Barely six months after the first version of the storage interface Serial ATA was announced -- and before product is available -- the working group has announced at the Intel Developers Forum (IDF) in San Francisco that work is starting on version 2.
Fully compatible with version 1, the updated specification is aimed at servers and network storage. This includes more -- as yet unspecified -- features, and a faster transfer speed. The feature upgrade is planned to be finalised in the second half of the year, with products available in 2003: the speed increase will be defined by the end of 2003 with product availability for the year after that.
Serial ATA builds on the existing parallel hard disk interface standard also known as IDE. It replaces multiple parallel connections with a much thinner cable, and includes hot swapping. Many companies from the working group are announcing or demonstrating technology and future products at IDF, including Adaptec with an interface adaptor chip, and Maxtor and Seagate with hard disks.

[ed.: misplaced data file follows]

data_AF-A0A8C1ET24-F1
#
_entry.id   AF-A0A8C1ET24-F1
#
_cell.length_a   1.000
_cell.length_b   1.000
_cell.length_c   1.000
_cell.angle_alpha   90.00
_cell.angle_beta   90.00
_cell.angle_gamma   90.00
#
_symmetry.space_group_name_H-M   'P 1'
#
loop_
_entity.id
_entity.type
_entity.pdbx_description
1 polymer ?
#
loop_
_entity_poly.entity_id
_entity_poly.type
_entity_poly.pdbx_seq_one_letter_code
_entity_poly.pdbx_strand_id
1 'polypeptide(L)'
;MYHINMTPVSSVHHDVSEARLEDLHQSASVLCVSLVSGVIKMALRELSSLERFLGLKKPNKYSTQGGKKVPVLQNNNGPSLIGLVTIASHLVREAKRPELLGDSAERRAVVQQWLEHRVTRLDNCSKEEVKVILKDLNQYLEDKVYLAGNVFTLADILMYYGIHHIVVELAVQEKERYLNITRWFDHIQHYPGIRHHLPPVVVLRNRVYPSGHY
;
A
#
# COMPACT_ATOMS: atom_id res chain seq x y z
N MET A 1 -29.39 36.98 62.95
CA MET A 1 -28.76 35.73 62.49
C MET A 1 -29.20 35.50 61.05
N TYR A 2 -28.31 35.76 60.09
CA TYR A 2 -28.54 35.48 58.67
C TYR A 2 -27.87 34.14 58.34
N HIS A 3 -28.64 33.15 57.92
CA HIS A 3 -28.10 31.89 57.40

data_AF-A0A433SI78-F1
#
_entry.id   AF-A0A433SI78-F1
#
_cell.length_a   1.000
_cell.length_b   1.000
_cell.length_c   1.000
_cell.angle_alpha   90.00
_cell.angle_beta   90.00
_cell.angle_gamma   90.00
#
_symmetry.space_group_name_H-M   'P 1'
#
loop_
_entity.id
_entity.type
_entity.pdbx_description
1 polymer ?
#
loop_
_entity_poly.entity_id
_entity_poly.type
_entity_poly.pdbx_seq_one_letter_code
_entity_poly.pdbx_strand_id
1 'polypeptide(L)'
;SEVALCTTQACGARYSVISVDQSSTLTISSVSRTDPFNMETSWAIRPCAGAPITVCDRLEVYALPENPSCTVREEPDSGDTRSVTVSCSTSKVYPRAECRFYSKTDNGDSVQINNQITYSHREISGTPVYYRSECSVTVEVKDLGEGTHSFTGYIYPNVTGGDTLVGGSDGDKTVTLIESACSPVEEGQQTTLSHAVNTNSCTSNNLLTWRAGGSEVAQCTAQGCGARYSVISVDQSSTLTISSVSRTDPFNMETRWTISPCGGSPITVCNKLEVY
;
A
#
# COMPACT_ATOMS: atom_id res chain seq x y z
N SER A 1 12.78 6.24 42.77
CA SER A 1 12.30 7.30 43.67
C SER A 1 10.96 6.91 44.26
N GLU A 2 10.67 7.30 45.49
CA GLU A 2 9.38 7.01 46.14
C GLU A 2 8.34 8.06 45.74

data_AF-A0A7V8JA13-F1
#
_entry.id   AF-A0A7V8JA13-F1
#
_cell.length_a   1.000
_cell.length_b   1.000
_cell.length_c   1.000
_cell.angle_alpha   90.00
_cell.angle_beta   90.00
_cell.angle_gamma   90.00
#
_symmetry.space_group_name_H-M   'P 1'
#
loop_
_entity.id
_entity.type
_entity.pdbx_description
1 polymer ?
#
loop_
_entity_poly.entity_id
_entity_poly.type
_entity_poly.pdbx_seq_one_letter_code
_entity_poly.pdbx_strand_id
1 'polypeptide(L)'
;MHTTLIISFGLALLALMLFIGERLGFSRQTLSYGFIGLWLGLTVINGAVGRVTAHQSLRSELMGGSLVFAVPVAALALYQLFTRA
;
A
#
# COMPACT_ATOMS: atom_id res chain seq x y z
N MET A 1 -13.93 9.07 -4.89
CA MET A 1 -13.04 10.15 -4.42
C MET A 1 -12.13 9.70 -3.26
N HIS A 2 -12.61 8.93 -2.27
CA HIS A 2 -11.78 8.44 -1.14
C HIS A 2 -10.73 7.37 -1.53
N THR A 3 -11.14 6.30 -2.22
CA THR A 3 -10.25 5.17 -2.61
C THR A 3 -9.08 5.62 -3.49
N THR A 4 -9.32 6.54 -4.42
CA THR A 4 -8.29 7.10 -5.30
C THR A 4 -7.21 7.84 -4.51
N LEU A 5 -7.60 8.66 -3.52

Serial ATA promises speeds of 1.5 gigabits per second, nearly twice the 800 megabits per second supplied by the current version, ATA 100.
But with Serial ATA still some way off, some companies are turning to other options. Chip maker Via Technologies, for instance, last week launched its KT333 chipset with ATA-133 support, an alternative technology which keeps the parallel architecture of current ATA/IDE standards, but simply speeds the interface up. Of the hard disk makers, only Maxtor is understood to be supporting ATA-133, but more may follow.